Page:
- The Washington Times - Friday, December 12, 2003

For sports fans here and perhaps around the globe, ‘tis the season to be unjolly.

So our professional teams are lousy — so what else is new?

But it goes deeper than that, to what seems to be a growing disillusionment with pro teams and athletes. It’s tough to be a fan nowadays when we know that the sports establishment is milking us for every buck it can so too many jocks can collect a drawer full of jewelry and a garage full of cars while batting .250, shooting 39 percent, putting up a minus-30 plus/minus rating and loafing through games whenever they feel like it.

Not all athletes do this, of course — perhaps not even most. But enough do to make us as contemptuous toward them as they often are toward us.

It’s enough to make you a college sports fan for life, except that even more hypocrisy prevails on campus at the highest level of the revenue sports, football and men’s basketball. Fortunately, my state university, Maryland, seems to have two honest guys in Ralph Friedgen and Gary Williams. Call it blind luck.

Pick your favorite pro sport, if you still have one, and outrages abound. Baseball? Could there be a more disgusting scenario than the way Bud Selig and his minions are fighting not to put a team in our midst? Why not come right out and explain why you’re dickering with San Juan, Monterrey, Portland, Ore., and even Norfolk, of all places, while ignoring the capital of the western world? Assuming, of course, that you can explain it.

Then there’s the unsurprising revelation that many major leaguers are beefing up their bodies and their stats with artificial substances. Cynicism, anyone? The other day, I saw a replay of Mark McGwire hitting his record-tying 61st home run in 1998, and you know what? For the first time, I felt like booing.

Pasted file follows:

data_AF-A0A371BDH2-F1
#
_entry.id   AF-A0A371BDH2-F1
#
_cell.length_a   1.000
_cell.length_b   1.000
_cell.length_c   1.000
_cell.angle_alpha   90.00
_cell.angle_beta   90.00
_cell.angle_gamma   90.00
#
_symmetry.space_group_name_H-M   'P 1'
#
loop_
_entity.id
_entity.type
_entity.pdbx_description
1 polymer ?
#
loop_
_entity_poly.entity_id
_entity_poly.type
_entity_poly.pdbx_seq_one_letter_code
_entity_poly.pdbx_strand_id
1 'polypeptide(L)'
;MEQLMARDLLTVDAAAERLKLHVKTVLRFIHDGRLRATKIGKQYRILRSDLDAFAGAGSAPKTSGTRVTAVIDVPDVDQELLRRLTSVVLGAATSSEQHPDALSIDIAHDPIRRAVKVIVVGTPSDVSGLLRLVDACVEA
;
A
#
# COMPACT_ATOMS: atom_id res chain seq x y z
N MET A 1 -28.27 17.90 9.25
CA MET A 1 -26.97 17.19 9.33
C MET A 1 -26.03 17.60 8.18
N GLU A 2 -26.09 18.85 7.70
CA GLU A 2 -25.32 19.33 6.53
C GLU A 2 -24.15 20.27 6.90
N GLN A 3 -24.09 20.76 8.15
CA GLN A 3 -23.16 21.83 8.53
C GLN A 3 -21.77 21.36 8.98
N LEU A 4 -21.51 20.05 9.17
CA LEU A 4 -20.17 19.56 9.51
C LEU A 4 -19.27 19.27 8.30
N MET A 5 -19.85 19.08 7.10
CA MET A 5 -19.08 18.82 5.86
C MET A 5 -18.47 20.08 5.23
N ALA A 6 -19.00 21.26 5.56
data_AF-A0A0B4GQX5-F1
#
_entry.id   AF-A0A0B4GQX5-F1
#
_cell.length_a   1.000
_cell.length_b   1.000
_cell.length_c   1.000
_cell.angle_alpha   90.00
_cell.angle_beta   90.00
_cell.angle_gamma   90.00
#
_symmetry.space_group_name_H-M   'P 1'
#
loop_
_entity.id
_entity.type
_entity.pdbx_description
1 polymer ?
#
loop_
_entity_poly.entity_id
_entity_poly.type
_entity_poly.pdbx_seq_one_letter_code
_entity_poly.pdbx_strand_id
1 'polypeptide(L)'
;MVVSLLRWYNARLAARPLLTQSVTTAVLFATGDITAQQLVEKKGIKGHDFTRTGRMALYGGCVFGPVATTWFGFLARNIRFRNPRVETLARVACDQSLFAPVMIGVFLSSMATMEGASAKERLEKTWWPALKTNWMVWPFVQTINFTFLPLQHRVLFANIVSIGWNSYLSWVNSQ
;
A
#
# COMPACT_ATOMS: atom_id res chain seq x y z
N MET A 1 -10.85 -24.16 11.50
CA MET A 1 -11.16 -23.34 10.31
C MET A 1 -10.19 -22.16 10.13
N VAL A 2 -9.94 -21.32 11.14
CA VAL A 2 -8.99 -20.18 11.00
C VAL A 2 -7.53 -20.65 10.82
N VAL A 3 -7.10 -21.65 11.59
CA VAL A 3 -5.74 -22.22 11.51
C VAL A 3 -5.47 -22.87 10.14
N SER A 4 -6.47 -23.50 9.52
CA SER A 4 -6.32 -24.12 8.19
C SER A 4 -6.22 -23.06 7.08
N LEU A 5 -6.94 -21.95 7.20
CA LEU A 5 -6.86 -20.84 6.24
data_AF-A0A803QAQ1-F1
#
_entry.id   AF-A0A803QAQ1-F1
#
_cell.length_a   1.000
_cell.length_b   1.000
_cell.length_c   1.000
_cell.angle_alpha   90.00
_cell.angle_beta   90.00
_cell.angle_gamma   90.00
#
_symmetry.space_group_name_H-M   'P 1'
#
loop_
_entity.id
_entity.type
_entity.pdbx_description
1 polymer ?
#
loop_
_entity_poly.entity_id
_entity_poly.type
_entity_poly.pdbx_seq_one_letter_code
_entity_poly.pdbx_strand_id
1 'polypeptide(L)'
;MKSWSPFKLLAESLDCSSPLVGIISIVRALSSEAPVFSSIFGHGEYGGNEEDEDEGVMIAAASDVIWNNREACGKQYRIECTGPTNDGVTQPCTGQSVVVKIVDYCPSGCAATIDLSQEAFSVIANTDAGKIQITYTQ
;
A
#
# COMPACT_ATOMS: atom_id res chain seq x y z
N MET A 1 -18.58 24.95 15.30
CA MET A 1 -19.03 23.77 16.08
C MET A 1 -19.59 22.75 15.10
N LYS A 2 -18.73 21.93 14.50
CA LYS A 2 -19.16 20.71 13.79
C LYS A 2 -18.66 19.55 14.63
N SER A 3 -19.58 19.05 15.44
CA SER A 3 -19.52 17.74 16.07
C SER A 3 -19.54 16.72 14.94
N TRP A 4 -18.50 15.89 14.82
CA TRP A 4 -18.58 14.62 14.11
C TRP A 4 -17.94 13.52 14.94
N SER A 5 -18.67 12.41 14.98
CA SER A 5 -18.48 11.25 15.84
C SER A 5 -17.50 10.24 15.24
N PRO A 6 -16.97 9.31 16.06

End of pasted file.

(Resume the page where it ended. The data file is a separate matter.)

In basketball, the Kobe Bryant situation leaves a lousy taste in our mouths. Pro football this week offered us the sight of Dan Reeves, a sure Hall of Fame coach and a decent guy, being canned by the Atlanta Falcons’ rookie owner (appropriately named Arthur Blank). And hockey — well, from all indications there will be no hockey next year because of the newest impending labor crisis.

Thereby finally enabling the Washington Capitals to get even with the rest of the NHL.

And now the negative vibes have spilled over into college football, courtesy of the BCS. Just ask any Southern Cal fan.

In these parts, losing propositions in sports are nothing new. Never mind the Curse of the Bambino or the Sports Illustrated cover jinx — what about the hex hovering over any team or superstar in the greater Washington area? (I haven’t checked this out, but it might have something to do with all those politicians running their mouths.)

Let’s see. As of yesterday, the Redskins were 5-8, the Caps 8-18-1-1 and the Wizards 7-14. To paraphrase Jerry Lee Lewis, there’s a whole lot of losin’ goin’ on.

What about the Orioles? Even if they land Vladimir Guerrero and Nomar Garciaparra, how could they be a winner with arrogant Peter Angelos as owner? New manager Lee Mazzilli probably won’t have any better luck than Glen Hanlon will with the Caps. Curses, foiled again.

If you’re scoring at home, the Orioles haven’t won a full-fledged championship since 1983, the Redskins since 1991, the Bullets/Wizards since 1978 and the Caps since the beginning of time. Remember the old comic strip character Joe Bffttsplk, who walked around with a dark cloud over his head? I suspect he has taken up permanent residence in our darkening town.

Not even superstars can escape Joe’s shadow when they turn up around here. What did Michael Jordan do for the Wizards or Jaromir Jagr for the Caps? And should the Orioles land Garciaparra, I fully expect him to bat .248 with 12 home runs and 49 RBI next season, although one definite benefit would be in having Mia Hamm back in the area although not in a soccer uniform. Same thing if the O’s opt instead for Miguel Tejada — he’d probably turn into Mike Bordick II with bat in hand.

It’s all enough to make us swear off pro sports as an avocation. There must be more rewarding things to do this holiday season, like trying to find a parking space at the mall or dealing with surly salespeople. Who needs to spend hundreds of dollars on tickets, soggy food and overpriced memorabilia when you could be wrapping presents for Aunt Tillie in Toledo and standing in line at the post office?

When sports are run and played right, there’s no better pastime for millions of us. Increasingly, though, that has become an exception.

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